Valve Stems - 90's





Skywalker

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#1
I have a nice brand new set of 90 degree turned valve stems that I have had over a year. I don't want to go to the stealership and let them scratch old blue and I bet they would. Anyone have any tricks that I can deflate and easisly remove stock and replace with my new 90's and I have an aircompressor. I would hate to think I need to fully remove the tire from rim and would hope not. Thoughts peeps?
 

BlueHaya

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#2
You would at least have to break the bead. Not sure how much room you would need to install them.
 

Skywalker

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#3
I've never broke the beed before on a bike and especially a Busa so I bet that are stiff and will give little room to work. But maybe someone that has can put a little light on this subject before I waste my time.

You would at least have to break the bead. Not sure how much room you would need to install them.
 

BlueHaya

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#4
Do you have anyone near with their own tire changer?
When I changed my back tire with my Harbor Freight Changer..breaking the tire bead was the easiest part.
Since you could leave the tire on and just push it all to one side...you may be able to do it that way.
 

Skywalker

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#5
I do not know anyone with a changer. So, are you saying that if I deflate it on the bike of course is my goal, I should be able to push is in enough to work it? Have you done that or seen it done?

Do you have anyone near with their own tire changer?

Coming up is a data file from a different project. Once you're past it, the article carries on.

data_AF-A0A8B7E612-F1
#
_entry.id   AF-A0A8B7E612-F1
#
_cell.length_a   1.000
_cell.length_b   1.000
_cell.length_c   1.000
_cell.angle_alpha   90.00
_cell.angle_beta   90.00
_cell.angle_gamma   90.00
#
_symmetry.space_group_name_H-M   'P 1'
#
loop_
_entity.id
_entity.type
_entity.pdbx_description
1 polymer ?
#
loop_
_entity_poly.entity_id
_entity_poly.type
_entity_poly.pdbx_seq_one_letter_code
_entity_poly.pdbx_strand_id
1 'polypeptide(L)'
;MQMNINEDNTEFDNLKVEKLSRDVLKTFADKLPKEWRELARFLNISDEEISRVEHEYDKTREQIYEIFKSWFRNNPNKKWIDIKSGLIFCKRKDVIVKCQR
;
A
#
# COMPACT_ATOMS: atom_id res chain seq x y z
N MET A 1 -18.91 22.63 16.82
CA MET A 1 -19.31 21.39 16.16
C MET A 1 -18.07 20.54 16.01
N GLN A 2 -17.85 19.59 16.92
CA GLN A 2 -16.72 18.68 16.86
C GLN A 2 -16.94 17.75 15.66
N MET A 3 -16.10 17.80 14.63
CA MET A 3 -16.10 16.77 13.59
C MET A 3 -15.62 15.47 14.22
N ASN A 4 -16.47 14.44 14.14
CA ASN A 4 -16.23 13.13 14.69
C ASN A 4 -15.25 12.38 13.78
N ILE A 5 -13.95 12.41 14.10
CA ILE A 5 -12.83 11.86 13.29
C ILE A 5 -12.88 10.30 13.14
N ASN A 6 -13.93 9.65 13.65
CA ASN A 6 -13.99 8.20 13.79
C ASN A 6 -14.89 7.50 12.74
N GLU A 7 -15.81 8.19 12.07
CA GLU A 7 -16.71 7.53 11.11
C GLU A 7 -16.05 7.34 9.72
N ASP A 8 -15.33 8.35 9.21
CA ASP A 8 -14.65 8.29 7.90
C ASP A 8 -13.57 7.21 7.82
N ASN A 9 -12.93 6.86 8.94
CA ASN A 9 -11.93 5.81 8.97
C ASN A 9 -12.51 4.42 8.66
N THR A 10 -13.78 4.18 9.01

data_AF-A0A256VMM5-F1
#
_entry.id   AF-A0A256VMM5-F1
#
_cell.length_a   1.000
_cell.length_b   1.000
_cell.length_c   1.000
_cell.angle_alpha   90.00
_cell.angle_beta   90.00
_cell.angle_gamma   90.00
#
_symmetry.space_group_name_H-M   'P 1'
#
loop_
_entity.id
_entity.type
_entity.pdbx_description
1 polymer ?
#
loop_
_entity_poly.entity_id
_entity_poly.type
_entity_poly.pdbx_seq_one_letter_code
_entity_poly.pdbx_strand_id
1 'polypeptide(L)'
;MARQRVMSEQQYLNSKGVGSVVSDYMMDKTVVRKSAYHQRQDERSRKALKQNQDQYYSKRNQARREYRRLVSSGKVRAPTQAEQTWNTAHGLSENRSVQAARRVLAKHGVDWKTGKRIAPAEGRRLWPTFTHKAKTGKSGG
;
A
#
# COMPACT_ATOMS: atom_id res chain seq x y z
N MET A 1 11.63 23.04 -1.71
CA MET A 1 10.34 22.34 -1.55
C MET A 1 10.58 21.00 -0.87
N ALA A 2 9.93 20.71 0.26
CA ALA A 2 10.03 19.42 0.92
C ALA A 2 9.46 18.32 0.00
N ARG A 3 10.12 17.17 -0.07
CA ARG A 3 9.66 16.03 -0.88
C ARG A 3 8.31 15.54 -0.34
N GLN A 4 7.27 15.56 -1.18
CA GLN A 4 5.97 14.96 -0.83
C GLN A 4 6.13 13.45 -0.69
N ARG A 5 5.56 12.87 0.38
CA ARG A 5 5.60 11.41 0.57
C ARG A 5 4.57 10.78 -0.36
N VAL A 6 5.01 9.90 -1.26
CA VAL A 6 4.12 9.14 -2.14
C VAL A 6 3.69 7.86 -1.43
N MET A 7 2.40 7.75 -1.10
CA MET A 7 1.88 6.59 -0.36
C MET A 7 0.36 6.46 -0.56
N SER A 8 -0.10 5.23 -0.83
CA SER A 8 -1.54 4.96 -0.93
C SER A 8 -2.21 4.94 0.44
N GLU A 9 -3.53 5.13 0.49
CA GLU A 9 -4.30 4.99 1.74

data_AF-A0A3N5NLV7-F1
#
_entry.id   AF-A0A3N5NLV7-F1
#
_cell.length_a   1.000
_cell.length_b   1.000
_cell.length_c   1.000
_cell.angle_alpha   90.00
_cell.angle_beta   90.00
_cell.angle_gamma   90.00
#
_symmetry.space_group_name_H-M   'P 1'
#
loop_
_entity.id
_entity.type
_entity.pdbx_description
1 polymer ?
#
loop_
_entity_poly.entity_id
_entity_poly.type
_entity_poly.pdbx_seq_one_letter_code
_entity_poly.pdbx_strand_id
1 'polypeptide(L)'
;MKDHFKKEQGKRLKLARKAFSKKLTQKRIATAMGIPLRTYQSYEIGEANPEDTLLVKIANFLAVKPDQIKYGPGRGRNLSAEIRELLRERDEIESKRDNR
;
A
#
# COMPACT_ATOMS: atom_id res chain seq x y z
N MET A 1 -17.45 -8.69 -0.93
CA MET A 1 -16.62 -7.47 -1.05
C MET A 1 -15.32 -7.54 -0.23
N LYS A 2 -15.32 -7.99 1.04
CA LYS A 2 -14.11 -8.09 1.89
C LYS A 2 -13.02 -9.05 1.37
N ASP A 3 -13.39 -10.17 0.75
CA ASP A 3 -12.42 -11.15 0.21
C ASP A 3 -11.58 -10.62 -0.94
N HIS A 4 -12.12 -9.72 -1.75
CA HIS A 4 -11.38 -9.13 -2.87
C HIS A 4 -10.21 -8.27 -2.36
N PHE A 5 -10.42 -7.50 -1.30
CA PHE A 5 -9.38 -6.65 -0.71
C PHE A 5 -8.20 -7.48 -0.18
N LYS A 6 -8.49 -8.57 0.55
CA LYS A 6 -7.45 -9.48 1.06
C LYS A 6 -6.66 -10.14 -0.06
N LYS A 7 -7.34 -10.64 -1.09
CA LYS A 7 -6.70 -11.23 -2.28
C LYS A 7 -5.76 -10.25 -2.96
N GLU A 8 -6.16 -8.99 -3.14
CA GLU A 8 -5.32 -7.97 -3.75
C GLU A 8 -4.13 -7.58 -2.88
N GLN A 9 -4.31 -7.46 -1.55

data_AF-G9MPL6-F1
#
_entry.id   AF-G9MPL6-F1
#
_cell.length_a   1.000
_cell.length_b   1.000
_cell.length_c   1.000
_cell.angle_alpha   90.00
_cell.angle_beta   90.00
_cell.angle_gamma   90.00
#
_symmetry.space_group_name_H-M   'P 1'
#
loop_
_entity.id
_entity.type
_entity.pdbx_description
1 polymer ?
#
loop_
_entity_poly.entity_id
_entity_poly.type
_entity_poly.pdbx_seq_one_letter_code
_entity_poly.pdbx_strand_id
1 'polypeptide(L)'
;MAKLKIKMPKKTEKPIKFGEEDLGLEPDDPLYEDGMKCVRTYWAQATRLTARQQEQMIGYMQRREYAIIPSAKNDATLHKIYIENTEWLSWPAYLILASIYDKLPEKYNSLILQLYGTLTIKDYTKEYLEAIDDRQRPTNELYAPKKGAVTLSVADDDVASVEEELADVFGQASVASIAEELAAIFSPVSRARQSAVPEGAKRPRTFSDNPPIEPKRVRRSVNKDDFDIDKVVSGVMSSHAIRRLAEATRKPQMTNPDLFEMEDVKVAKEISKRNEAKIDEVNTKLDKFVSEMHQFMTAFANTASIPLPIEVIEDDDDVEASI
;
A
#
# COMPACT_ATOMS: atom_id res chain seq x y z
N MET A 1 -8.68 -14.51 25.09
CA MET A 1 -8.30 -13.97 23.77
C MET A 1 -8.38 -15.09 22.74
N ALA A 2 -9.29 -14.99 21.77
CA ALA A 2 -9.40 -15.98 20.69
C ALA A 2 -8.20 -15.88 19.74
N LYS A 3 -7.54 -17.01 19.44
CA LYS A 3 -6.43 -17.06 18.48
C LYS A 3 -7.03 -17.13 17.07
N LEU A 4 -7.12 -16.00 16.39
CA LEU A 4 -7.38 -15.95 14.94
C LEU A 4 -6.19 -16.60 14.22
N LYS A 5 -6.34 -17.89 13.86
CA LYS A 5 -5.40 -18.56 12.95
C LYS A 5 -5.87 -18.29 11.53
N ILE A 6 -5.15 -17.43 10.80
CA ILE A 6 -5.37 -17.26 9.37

When I changed my back tire with my Harbor Freight Changer..breaking the tire bead was the easiest part.
Since you could leave the tire on and just push it all to one side...you may be able to do it that way.
 

Red05

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#6
A neighbor of mine installed some on his using a C clamp and a couple of pieces of wood to break the bead and compress the tire out of the way. Take the cores out of the stems and it'll fill the tire faster, sealing the beads. Once the bead seats, screw the cores back in. I have right angle stems on mine; they're great :beerchug:.
 

BlueHaya

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#7
Leaving it on the bike might be tedious with the lack of room. You could leave the tire on the wheel and just push it all to one side while the wheel is off the bike. Resting the wheel up on something so the tire falls to other side.

Like Red says...maybe c-clamps and pieces of wood would squeeze it enough to leave the wheel on also, if not it would be a good way to break the bead with the wheel off.
 

Skywalker

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#8
See, brains gather here all the time! I have some C Clamps and some wood. I'll put her up on both stands and work it! The C Clamp will be in the area of the valve stem and I should be able to reach it. Great advice on the reseal without the valve center installed. I would not have thought of that and my compressor will only do like 120 lbs. I'm going out today with friends but I'll get this ASAP. Many thanks guys! :thumbsup::bowdown::cheerleader:
 
#9
You dont necessarily have to be right at the valve stem when you break the bead loose. Once you get it started, the rest of it will probably break free fairly easy.
 

Professor

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#13

thapp

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#14
as long as he doesnt rotate the tire on the wheel should not be a problem the wieght diff is very very small so balance still would be spot on
 
#16
Use a crayon or something and mark the tire and wheel with a continuous line over both of them before you break the bead . That way you have a reference of where the wheel should be in relation to the tire. Works every time!
 

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